But when the administration speaks to the importance of harnessing Big Data in the work of the government and its importance to society, that tells you the technology has power and impact. The US Federal Government collects reams of data; the Obama administration makes it clear the data has huge latent value.

Big Data and BI are separate, but connected

Getting back to my introductory point, is Big Data just the next generation of BI? Big Data is its own subcategory and will likely remain there. But it’s part of the same food chain as BI and data warehousing and these categories will exist along a continuum less than they will as discrete and perfectly distinct fields.

That’s exactly where things have stood for more than a decade with database administrators and modelers versus BI and data mining specialists. Some people do both, others specialize in on or the other. They’re not mutually exclusive, nor is one merely a newer manifestation of the other.

And so it will be with Big Data: an area of data expertise with its own technologies, products and constructs, but with an affinity to other data-focused tech specializations. Connections exist throughout the tech industry and computer science, and yet distinctions are still legitimate, helpful and real.

Where does this leave us?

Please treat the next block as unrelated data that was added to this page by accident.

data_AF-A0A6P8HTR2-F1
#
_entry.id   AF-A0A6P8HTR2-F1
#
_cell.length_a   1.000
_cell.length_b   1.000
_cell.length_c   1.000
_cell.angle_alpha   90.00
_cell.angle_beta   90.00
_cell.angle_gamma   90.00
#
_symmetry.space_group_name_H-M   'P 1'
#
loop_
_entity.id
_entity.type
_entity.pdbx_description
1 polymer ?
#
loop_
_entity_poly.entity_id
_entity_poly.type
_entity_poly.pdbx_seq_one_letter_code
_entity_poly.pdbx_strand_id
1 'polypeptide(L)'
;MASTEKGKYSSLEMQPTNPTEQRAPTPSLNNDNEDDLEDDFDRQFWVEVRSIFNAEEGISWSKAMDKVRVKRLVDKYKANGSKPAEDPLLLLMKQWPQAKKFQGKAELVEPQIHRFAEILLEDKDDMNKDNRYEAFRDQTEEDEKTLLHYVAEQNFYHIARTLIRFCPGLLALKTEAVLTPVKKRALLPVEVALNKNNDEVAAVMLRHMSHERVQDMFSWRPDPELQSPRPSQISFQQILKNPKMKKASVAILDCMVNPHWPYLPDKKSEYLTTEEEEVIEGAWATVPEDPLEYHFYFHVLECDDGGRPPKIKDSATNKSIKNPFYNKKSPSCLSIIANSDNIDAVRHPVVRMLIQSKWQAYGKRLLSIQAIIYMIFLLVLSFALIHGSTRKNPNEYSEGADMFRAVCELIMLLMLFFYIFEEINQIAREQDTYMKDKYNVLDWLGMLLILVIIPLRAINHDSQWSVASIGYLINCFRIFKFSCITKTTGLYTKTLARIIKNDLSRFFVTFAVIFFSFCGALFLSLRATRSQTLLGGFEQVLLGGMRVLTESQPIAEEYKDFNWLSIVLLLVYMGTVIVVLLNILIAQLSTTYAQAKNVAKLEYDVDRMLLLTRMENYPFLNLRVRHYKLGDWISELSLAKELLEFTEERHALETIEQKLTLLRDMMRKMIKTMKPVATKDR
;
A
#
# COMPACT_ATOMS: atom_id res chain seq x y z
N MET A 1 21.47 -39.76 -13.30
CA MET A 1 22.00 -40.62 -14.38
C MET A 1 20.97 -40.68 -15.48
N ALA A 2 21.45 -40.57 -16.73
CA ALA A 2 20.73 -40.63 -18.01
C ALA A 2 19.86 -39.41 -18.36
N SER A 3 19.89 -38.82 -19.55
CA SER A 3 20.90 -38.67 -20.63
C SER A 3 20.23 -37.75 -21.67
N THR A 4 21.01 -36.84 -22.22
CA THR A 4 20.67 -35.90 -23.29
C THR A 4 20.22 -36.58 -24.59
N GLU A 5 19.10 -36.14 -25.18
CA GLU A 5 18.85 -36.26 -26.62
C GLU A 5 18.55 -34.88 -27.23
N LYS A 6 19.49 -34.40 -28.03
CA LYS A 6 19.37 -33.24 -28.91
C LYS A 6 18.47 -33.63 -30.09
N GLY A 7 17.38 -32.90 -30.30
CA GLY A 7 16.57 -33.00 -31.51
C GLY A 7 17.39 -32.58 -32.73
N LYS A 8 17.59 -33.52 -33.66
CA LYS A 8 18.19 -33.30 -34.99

In the debate, we discussed a number of scenarios where Big Data ties into more established database, Data Warehouse, BI and analysis technologies. The tie-ins are numerous indeed, which may make Big Data’s advances seem merely incremental. After all, if we can continue to use established tools, how can the change be “Big?”
But the revolution isn’t televised through these tools. It’s happening away from them.

We’re taking huge amounts of data, much of it unstructured, using cheap servers and disks. And then we’re on-boarding that sifted data into our traditional systems. We’re answering new, bigger questions, and a lot of them. We’re using data we once threw away, because storage was too expensive, processing too slow and, going further back, broadband was too scarce. Now we’re working with that data, in familiar ways — with little re-tooling or disruption. This is empowering and unprecedented, but at the same time, it feels intuitive.

That’s revolutionary.

Marcelo Lopez Ruiz (@mlrdev) announced New WCF Data Services Release on 4/9/2012:

imageWCF Data Services 5.0 for OData v3 is out today. Read all about it here, and get it while it's hot. Actions, geospatial support, and an assortment of other goodies, not the least of which is support for Any and All operators. This restriction has been around for a long time, and it's great to see that workaround are no longer required.

Glenn Gailey (@ggailey777) described My Favorite Things in OData v3 and WCF Data Services 5.0 in a 4/9/2012 post:

Great news…WCF Data Services 5.0 was released today!